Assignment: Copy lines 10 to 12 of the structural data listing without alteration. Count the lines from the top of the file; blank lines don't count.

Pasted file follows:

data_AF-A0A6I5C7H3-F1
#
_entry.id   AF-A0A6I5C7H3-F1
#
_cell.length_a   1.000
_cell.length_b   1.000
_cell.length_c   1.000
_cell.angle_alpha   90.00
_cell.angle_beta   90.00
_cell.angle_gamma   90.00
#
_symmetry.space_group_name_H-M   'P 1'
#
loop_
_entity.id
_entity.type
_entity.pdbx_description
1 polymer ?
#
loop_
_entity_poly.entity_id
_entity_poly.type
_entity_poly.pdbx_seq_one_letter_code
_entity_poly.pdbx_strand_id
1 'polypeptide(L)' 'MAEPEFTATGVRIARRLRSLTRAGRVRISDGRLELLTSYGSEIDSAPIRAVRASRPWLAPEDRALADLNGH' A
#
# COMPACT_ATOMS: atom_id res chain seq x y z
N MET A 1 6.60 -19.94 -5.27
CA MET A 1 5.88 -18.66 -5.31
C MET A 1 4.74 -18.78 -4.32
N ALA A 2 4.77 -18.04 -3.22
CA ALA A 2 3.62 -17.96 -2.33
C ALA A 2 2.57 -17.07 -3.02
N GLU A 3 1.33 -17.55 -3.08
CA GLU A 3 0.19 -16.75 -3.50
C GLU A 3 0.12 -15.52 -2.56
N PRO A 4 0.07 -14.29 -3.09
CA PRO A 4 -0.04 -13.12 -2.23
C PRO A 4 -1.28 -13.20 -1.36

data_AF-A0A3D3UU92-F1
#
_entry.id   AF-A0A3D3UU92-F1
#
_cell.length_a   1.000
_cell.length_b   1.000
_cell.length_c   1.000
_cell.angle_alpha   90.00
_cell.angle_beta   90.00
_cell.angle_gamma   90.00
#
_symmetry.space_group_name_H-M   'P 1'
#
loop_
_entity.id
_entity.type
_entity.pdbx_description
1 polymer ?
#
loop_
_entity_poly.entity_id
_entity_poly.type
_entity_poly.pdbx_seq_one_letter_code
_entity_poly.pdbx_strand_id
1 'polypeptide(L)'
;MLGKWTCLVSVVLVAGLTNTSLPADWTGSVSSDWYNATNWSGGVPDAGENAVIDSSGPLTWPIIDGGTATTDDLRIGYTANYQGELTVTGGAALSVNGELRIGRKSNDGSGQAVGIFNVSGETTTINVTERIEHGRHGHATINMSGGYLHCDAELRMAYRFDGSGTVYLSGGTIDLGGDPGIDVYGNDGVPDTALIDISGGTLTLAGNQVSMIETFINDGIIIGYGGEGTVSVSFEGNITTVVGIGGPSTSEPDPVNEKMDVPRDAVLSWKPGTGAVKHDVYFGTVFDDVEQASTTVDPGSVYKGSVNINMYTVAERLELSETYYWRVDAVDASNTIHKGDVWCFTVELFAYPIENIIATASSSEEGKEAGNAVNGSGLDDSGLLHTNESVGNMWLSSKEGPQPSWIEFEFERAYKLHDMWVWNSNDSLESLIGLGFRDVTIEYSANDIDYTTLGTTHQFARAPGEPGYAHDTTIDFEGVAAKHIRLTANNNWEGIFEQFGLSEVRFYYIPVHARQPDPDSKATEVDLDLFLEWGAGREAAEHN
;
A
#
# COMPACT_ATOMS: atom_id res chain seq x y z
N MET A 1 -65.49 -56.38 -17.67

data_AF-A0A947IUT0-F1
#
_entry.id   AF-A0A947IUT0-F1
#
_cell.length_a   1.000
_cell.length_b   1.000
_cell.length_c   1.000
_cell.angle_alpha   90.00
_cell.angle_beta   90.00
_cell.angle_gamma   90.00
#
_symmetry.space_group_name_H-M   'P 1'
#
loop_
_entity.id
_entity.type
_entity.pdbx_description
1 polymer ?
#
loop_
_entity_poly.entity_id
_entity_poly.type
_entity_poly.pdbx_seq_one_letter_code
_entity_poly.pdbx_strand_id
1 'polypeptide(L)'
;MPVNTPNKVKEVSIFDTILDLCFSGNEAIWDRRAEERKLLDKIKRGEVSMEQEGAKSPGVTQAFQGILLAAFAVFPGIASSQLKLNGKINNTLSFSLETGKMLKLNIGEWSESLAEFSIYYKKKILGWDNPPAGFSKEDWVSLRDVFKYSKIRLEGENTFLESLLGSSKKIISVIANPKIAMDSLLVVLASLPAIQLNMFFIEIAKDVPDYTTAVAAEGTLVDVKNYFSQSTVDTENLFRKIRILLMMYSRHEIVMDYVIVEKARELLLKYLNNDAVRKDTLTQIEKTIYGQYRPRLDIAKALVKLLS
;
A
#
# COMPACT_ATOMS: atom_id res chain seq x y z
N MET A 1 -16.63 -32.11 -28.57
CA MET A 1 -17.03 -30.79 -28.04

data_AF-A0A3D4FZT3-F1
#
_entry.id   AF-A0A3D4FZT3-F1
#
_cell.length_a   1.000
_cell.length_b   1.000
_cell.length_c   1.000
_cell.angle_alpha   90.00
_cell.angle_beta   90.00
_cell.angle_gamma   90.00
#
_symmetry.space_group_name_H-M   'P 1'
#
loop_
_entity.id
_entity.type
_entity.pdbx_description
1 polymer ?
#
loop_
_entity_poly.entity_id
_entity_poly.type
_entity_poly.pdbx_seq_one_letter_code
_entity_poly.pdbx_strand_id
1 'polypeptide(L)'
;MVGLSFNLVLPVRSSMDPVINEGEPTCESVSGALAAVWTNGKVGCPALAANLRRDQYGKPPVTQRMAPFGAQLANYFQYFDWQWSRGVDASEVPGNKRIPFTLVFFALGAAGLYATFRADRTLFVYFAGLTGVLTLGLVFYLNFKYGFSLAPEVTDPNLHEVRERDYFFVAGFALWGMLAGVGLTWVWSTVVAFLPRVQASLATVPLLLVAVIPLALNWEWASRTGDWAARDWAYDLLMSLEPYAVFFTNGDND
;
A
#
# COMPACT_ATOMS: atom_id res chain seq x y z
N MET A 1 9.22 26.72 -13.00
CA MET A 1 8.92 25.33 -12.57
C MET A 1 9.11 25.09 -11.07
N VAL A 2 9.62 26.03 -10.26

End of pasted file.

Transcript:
_cell.angle_gamma   90.00
#
_symmetry.space_group_name_H-M   'P 1'